The Tlacopac International Artist Residency in Mexico City was established December 19, 2018 by New York City-based Founder/Director Jan Hanvik. It received its first artist resident January 29, 2019. This residency in southern Mexico City is dedicated to the practice and pursuit of all art forms. RESIDENCIA ARTÍSTICA TLACOPAC welcomes not only individual artists, but also performing arts groups – theater, dance, opera, and music, college, university, or conservatory level performing arts programs, as it includes a wooden-floor performance gymnasium suitable for the development of works by 2 up to 10-12 members. (The sprung-wood floor only: 5.2 X 12.8 meters. To the walls, including a carpeted area: 6.6 X 17.9 meters. Ceiling height 3.06 meters. The studio has its own dressing rooms for male and female with bathrooms, showers, sauna, & steam room.) This is a rarity: approximately 6% of artist residencies worldwide offer residencies in the performing arts, due to space requirements and limitations.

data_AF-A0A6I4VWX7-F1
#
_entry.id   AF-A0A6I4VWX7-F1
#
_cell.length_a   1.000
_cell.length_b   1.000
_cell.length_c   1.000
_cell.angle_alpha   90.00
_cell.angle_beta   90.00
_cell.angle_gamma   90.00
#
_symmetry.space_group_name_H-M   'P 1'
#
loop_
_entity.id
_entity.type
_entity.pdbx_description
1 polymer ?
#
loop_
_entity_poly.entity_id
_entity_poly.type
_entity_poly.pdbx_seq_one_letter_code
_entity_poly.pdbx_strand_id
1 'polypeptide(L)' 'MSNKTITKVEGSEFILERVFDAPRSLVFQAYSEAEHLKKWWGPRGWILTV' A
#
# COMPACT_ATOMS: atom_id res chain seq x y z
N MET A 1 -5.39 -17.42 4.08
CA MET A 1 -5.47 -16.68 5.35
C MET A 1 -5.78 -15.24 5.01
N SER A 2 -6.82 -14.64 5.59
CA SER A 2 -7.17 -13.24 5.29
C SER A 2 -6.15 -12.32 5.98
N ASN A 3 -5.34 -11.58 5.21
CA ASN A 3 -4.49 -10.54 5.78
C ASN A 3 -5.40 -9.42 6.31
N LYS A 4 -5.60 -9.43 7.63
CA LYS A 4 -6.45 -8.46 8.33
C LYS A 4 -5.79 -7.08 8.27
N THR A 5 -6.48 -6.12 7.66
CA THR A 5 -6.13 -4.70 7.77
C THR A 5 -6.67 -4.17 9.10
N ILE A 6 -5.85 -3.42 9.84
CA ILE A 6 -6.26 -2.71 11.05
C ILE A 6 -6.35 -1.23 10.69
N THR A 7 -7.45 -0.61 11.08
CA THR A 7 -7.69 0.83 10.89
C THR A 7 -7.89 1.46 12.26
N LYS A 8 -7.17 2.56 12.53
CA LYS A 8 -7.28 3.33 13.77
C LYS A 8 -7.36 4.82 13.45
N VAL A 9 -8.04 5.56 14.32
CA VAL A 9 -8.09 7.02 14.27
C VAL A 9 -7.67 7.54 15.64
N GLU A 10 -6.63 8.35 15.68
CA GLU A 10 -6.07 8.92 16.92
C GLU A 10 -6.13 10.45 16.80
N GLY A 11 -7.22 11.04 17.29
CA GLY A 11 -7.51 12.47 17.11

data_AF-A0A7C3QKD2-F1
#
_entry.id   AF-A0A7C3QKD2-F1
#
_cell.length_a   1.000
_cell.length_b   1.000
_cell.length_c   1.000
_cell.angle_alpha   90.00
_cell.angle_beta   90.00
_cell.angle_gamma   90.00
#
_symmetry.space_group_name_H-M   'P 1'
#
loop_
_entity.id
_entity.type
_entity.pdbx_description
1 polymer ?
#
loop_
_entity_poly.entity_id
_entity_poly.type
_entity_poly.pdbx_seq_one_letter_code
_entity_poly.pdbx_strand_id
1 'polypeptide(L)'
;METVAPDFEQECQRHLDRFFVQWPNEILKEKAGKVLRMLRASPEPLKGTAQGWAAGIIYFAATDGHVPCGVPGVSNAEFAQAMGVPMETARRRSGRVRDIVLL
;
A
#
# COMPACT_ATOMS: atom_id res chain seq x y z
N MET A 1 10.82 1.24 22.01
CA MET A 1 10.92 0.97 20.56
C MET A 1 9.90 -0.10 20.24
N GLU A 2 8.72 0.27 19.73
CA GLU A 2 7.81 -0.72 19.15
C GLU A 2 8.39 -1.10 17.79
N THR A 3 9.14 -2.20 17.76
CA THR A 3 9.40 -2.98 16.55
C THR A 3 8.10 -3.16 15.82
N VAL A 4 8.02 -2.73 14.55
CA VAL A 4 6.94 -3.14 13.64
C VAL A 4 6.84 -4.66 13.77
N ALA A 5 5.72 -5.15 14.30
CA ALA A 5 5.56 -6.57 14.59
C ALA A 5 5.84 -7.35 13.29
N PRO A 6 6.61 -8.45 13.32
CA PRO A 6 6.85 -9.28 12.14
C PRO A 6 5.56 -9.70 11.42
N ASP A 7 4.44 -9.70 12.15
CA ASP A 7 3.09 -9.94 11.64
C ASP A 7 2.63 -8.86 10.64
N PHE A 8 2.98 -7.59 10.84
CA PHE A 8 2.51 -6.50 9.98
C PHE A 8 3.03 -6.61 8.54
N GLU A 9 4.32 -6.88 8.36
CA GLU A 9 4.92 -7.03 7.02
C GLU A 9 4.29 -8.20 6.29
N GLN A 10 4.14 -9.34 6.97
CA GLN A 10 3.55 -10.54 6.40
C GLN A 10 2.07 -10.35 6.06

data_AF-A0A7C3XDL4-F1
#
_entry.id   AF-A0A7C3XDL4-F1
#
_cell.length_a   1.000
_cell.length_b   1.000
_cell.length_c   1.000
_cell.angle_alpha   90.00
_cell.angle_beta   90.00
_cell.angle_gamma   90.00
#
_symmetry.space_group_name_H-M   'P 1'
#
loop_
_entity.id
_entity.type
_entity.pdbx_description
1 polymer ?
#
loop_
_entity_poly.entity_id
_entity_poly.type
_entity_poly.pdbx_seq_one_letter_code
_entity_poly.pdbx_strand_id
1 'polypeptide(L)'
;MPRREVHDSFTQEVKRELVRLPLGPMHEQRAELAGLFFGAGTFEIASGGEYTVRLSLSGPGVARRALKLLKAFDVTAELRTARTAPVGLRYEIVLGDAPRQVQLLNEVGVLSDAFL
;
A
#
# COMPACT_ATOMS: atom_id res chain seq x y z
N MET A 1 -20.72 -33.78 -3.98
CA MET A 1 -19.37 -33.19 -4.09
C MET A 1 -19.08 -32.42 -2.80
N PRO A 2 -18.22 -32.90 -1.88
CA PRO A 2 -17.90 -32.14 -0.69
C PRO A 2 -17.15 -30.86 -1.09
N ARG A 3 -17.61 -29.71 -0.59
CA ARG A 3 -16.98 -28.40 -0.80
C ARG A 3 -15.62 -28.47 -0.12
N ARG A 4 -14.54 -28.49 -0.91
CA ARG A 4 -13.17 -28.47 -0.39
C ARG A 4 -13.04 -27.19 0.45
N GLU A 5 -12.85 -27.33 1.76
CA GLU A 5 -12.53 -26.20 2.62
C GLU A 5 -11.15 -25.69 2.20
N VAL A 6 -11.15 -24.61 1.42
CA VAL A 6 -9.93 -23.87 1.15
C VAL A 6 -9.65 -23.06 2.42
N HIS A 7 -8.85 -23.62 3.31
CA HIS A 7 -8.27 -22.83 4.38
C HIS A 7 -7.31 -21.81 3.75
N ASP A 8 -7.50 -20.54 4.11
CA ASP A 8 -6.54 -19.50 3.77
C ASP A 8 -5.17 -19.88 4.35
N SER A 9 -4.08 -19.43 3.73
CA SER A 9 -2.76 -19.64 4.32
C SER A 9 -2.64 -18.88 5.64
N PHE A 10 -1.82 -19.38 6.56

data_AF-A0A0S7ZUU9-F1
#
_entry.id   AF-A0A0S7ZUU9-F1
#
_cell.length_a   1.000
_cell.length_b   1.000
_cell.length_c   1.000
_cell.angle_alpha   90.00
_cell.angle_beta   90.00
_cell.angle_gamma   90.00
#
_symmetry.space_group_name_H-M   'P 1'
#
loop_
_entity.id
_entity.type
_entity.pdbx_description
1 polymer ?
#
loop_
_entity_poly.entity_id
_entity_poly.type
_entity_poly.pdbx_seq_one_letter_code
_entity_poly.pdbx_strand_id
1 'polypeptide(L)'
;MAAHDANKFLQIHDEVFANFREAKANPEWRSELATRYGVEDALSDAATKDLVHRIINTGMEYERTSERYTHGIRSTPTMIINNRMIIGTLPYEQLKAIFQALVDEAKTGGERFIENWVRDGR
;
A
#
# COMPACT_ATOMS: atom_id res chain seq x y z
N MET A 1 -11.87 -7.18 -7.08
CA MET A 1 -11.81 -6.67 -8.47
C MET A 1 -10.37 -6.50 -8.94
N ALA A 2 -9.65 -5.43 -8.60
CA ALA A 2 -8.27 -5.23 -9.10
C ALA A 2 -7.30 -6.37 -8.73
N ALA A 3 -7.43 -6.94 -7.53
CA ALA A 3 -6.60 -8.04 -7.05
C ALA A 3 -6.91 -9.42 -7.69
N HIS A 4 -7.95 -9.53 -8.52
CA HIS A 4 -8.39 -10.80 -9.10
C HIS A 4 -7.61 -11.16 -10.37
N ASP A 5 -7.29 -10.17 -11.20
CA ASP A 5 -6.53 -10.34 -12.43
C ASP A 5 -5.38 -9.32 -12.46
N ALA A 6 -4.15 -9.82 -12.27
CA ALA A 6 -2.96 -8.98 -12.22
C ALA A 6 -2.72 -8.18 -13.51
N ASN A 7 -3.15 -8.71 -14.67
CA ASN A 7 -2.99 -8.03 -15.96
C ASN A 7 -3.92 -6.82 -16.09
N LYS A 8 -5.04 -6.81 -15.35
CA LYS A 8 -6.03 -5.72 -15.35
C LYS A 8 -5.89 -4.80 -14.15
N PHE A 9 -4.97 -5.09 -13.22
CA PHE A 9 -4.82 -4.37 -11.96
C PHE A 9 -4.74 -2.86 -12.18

The 5-bedroom house, designed by legendary Mexican architect Manuel Parra (1911 – 1997) https://mxcity.mx/2017/04/manuel-parra-el-otro-arquitecto-del-siglo-xx/ with ample gardens and patios, is historic in its connection to the lives of US-born painter and jewelry designer Annette Nancarrow (1907 – 1991) http://www.annettenancarrow.com/Home.html who designed jewelry worn by Frida Kahlo, Peggy Guggenheim, and others, and her husband, the American-born Mexican avant-garde composer Conlon Nancarrow (1912 -1997) https://en.m.wikipedia.org/wiki/Conlon_Nancarrow who lived there together until their divorce, when Conlon Nancarrow moved into the Juan O’Gorman-designed home and recording studio next door. The house also welcomed innumerable other seminal figures in the development of Mexico City as a cradle of international cutting edge art in the 1930s-50s. Annette among her many accomplishments was also assistant to the great Mexican muralist José Clemente Orozco. The TLACOPAC RESIDENCY will revive the hotbed of cultural activity that was Mexico City of the 30’s, 40’s and 50’s, welcoming diverse artists from all cultural, national and ethnic backgrounds, to contribute to global dialog through the arts.